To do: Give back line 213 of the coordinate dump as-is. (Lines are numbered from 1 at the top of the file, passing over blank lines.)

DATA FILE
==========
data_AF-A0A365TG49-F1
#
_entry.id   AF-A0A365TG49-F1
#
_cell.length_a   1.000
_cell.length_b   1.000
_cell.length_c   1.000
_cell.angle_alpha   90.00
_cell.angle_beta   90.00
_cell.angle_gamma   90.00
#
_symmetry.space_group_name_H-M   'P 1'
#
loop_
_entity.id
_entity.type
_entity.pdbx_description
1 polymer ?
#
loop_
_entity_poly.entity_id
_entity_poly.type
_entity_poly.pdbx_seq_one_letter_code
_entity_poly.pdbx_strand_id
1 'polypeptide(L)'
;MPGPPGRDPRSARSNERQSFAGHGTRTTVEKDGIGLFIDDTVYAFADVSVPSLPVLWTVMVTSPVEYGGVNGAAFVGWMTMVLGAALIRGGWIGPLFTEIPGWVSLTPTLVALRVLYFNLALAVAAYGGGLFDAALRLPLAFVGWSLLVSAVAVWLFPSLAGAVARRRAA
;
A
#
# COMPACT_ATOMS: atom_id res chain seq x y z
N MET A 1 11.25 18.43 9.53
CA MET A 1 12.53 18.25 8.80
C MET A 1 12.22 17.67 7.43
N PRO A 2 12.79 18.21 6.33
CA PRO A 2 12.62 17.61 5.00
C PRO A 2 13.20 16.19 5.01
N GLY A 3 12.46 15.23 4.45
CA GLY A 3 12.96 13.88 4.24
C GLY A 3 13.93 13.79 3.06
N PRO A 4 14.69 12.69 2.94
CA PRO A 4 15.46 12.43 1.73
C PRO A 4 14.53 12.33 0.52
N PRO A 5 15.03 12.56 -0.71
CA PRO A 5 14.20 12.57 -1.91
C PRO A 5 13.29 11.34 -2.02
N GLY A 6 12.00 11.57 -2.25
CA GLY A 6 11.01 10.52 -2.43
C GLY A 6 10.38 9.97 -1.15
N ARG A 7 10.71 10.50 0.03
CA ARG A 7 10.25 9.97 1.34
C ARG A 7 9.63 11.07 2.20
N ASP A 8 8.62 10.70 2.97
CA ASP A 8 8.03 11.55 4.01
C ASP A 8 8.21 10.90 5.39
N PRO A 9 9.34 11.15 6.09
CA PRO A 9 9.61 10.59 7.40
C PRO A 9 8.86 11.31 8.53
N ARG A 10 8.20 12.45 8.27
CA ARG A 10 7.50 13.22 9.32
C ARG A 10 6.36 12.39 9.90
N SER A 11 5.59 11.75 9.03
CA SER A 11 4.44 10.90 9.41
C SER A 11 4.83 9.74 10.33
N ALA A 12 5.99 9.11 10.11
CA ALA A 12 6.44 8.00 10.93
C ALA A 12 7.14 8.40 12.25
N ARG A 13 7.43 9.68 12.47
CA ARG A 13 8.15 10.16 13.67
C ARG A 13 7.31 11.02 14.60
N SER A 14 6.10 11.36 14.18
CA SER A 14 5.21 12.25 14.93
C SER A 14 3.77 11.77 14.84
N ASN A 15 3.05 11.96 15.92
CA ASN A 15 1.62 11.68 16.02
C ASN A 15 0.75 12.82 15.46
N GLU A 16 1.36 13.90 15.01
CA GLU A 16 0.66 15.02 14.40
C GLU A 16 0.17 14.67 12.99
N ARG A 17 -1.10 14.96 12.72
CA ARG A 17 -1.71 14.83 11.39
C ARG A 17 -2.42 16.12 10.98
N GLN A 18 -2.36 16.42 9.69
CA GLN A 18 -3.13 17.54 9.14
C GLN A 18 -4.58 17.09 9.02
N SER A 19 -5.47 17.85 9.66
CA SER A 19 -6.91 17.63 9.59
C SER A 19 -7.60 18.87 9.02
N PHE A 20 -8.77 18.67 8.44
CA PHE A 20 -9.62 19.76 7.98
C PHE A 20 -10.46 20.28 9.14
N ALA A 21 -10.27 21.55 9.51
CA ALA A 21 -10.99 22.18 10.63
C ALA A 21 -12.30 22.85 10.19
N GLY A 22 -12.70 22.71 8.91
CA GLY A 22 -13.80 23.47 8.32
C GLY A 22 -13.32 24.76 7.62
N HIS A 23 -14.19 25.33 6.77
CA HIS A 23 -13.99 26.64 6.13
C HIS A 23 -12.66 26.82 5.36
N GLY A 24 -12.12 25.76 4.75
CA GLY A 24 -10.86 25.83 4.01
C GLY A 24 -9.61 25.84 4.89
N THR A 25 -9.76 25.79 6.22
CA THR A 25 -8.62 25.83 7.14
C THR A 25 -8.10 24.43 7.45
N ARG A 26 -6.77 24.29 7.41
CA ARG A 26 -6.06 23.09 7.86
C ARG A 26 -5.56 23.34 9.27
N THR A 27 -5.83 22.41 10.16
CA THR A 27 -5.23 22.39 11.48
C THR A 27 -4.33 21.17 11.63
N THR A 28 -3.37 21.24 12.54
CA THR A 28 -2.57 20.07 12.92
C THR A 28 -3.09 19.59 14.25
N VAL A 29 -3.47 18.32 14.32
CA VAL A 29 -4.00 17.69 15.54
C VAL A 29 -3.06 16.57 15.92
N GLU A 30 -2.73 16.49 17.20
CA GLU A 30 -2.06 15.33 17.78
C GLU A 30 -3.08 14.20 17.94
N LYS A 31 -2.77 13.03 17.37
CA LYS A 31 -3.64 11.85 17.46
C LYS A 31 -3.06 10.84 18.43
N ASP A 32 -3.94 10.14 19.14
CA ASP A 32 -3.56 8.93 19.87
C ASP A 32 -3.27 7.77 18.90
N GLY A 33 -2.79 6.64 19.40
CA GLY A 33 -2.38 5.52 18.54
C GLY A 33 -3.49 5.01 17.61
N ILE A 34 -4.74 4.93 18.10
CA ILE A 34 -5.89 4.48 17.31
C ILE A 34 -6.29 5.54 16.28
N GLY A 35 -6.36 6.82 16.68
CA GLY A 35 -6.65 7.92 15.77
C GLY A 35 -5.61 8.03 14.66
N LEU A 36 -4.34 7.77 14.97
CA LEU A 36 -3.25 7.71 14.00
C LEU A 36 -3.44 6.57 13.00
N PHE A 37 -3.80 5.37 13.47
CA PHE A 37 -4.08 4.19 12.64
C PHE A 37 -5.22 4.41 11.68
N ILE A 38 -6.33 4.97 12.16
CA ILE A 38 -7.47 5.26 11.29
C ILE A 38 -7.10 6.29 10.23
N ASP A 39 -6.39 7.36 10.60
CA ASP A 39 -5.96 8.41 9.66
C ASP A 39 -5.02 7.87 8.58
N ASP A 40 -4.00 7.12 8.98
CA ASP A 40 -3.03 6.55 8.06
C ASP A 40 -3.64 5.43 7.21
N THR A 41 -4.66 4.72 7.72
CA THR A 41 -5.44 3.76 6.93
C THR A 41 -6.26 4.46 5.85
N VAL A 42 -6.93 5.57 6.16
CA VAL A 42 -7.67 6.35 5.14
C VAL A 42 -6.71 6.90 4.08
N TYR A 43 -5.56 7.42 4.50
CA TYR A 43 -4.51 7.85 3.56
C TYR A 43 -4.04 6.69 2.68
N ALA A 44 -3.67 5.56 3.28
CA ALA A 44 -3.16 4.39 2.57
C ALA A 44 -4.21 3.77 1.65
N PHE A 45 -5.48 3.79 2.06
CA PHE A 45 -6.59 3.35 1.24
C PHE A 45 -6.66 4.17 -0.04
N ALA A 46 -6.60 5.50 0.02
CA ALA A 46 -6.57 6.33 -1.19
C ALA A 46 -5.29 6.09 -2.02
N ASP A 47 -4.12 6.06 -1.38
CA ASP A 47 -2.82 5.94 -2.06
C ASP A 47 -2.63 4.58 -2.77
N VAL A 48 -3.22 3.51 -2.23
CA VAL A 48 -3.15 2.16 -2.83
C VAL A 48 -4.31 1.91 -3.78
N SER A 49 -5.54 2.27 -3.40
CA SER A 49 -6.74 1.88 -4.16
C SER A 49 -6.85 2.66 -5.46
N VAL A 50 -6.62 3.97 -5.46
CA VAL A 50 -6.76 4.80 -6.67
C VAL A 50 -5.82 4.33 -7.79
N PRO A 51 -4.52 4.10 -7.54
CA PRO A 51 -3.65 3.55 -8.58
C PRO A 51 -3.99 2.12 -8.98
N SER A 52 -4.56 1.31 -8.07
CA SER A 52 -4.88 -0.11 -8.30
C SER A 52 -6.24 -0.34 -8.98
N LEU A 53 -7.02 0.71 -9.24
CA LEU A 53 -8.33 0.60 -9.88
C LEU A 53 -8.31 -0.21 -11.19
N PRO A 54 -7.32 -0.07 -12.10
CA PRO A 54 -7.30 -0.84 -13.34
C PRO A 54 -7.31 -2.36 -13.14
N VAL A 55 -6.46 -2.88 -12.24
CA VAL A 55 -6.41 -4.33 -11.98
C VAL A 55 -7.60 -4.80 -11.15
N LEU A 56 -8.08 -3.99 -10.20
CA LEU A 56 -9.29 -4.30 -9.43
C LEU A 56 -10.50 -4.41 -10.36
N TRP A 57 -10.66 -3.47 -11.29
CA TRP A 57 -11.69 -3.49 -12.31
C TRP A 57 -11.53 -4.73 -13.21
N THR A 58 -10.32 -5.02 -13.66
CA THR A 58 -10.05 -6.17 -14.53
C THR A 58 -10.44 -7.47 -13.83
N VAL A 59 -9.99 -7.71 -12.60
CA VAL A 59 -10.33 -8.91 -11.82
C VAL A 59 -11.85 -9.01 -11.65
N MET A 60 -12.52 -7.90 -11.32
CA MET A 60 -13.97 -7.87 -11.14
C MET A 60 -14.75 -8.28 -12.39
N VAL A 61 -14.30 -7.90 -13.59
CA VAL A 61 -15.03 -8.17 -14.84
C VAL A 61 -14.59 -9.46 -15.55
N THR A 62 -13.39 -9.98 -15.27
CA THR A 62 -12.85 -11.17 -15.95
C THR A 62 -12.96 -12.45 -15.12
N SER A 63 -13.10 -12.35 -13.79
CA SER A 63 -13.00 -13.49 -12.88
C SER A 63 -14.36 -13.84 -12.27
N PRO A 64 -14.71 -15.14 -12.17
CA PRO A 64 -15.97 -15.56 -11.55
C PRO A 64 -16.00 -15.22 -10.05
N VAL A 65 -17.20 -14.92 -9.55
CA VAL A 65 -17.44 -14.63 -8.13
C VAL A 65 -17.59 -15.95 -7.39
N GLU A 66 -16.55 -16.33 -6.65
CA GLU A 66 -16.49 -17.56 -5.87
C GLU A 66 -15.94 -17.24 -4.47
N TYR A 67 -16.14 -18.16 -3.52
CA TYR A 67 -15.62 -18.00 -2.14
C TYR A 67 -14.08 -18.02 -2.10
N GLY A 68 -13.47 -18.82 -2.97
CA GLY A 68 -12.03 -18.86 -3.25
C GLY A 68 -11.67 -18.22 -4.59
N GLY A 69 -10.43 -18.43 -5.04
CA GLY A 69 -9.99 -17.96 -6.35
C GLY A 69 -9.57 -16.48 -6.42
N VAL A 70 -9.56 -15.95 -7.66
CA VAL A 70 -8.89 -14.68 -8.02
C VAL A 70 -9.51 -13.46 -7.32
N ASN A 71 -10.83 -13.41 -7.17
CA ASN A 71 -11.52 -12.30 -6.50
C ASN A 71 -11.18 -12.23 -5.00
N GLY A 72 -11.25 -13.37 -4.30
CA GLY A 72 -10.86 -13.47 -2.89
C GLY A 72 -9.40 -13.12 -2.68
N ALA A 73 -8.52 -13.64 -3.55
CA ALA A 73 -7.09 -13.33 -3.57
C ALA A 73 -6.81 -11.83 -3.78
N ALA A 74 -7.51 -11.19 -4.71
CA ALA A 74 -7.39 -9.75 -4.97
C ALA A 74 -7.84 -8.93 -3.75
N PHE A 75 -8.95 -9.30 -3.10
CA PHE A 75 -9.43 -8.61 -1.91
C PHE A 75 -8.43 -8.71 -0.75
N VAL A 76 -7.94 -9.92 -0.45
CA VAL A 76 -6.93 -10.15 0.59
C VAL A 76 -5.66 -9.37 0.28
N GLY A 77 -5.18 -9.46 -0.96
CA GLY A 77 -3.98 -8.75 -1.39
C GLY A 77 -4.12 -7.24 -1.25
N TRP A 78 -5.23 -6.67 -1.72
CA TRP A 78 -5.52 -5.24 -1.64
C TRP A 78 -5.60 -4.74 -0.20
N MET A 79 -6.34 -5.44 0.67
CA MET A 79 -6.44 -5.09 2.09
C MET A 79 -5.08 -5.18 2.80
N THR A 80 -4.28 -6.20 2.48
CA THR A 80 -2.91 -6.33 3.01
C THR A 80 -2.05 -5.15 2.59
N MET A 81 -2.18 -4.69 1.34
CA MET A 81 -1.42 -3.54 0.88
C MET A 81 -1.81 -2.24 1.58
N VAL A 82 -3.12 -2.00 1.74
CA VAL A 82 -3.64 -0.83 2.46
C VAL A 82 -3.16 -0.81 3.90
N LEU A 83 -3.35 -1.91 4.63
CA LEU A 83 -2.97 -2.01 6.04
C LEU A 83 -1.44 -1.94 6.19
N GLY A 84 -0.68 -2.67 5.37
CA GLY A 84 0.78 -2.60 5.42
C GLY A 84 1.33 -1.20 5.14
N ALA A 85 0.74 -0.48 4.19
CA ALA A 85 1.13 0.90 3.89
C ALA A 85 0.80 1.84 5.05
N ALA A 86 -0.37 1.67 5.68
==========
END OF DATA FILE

C VAL A 61 -14.59 -9.46 -15.55